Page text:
Dana Goldstein

Dana Goldstein, a former associate editor and writer at the Prospect and The Daily Beast, is a Spencer Fellow in education reporting at Columbia University. Her work on politics, women’s issues, and education has appeared in BusinessWeek, Slate, The New Republic, and The Nation.

Recent Articles

ON WRITING, WORTH A READ.

At the Times , Stanley Fish argues that college writing courses need to focus more on grammar, syntax, and rhetoric, and less on discussing, debating, and imitating popular writing on hot-button issues. I agree, but don't think higher education can solve the problem of poor writing ability. Far and away, the most useful class I took in college was called "Seminar in the Teaching of Writing." It was a required training course for my part-time job working as a peer writing tutor. It was also the only class I ever took -- in all my years of school -- that taught me methods for effectively structuring a persuasive essay, how to properly use a comma, and the difference between "that" and "which." The movement away from teaching grammar and rhetoric and toward "whole language" has deprived a lot of students of this kind of practical education. Grammar and syntax need to be part of the K-12 curriculum; for most people who aren't obsessive professional writers, university is way too late to...

BEHIND THE STORY: CIRCUMCISION AND HIV.

One of the great things about being a magazine writer is that it allows you to develop quirky areas of expertise. And indeed, as regular readers will know, I've been covering the HIV/circumcision story on and off for over two years, since I first wrote for In These Times about Mayor Bloomberg 's attempt to encourage circumcision among gay men of color in New York. (Incidentally, that article was my first for editor Phoebe Connelly . A few months later, we both joined the Prospect .) With the Times reporting this week that the CDC is considering recommending routine circumcision of American infants, the issue is gaining wider media pick-up. My boyfriend reports that he saw talking heads debating the topic on MSNBC. And this morning, I was a guest on the BBC/ Times NPR show " The Takeaway ," alongside Dr. Roy Gulick , chief of the Division of Infectious Diseases at Weill Cornell Medical College. You can listen to the segment, which is about 10 minutes long, here . It's a good...

MICHELLE RHEE DEFINES "GOOD TEACHING."

For the past year, D.C. Schools Chancellor Michelle Rhee has run into roadblocks in her effort to institute what would be the nation's most ambitious teacher merit pay scheme -- in part because of criticisms that D.C. simply didn't have a fair system for measuring good teaching. Now Rhee's department has responded with a document -- the " Teaching and Learning Framework " -- that lays out expectations for teachers, getting quite specific. For example, a teacher who loses three minutes or less per class period due to "poorly designed routines and procedures, poorly organized materials and space, or poorly executed transitions between activities" would score highest -- level four. A teacher who loses five minutes rates as level three, and so on and so forth. The document suggests that to maintain classroom order, teachers should "move close to a group of students who are whispering to each other," and that teachers must have "a system for passing out papers efficiently or for allowing...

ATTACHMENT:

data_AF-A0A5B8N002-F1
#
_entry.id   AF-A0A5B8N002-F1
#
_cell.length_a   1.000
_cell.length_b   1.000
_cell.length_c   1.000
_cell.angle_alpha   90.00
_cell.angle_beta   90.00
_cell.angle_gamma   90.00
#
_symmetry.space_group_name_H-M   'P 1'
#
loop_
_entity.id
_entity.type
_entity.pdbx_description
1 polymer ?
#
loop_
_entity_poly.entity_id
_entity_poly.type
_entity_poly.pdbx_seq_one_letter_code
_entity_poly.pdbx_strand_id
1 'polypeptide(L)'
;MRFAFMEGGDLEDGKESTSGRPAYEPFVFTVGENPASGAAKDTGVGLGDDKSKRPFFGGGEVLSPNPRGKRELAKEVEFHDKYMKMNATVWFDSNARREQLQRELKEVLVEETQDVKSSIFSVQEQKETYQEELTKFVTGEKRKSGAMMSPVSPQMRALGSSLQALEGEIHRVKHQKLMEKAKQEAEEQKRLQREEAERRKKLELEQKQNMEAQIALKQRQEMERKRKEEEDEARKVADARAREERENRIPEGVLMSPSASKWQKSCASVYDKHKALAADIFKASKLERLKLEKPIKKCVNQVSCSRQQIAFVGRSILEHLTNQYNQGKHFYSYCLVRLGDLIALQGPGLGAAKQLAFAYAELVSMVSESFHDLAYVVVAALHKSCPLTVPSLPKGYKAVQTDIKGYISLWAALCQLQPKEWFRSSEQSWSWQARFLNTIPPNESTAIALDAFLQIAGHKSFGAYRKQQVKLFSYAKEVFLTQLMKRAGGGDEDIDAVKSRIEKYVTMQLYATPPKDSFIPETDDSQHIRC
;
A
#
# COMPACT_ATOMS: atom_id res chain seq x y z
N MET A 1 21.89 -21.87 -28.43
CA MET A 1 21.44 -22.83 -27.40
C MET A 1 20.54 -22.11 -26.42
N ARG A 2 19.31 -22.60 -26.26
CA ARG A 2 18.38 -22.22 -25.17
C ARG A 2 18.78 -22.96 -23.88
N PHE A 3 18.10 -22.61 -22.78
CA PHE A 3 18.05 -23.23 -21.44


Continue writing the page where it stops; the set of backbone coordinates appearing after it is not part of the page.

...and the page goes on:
Shaking Up Suburbia

The Obama administration has told affluent Westchester County it can't continue to segregate low-income and minority housing. Is it the end of the all-white suburb?

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During last year's endless Democratic presidential primary, wonks and activists who cared about integration usually preferred John Edwards to Barack Obama. Edwards' platform called for a million new housing vouchers to help poor families move to safer communities with better schools. And Edwards would have provided subsidies to suburban school districts willing to enroll low-income city kids. Obama, meanwhile, focused on "Promise Neighborhoods," an anti-poverty strategy based on the Harlem Children's Zone. Select inner-city neighborhoods would be flooded with resources meant to improve health, education, and quality of life. In New York, the strategy has yielded encouraging dividends, and the 2010 federal budget provides a modest $10 million to expand the project to other cities. But Promise Neighborhoods do not alleviate racial and socioeconomic isolation, one of the leading predictors of a child's academic achievement and ability to find a decent job after high school. Now Obama's...

AMERICAN JEWISH PHILANTHROPIST USES THE "A" WORD.

This is relatively huge: Jewish uber-philanthropist Edgar Bronfman -- one of the main funders behind the Birthright Israel program, which sends young American Jews to Israel to develop their Zionist sympathies -- has come out in the Huffington Post as a supporter of the Obama administration's call for the Israeli government to freeze all settlement growth. What's more, he uses the "a" word -- apartheid -- to describe the direction in which Israel is trending: [Former Prime Minister Ariel] Sharon became convinced that the demographic threat to Israel's existence outweighed his life's work of settlement construction. As Sharon understood clearly, there was no way to keep controlling the Palestinian people indefinitely and to simultaneously maintain Israel's Jewish and democratic character. At a certain point, there will be more Arabs than Jews living between the Mediterranean Sea and the Jordan River, thereby leading to one de facto apartheid state if no resolution to the conflict is...

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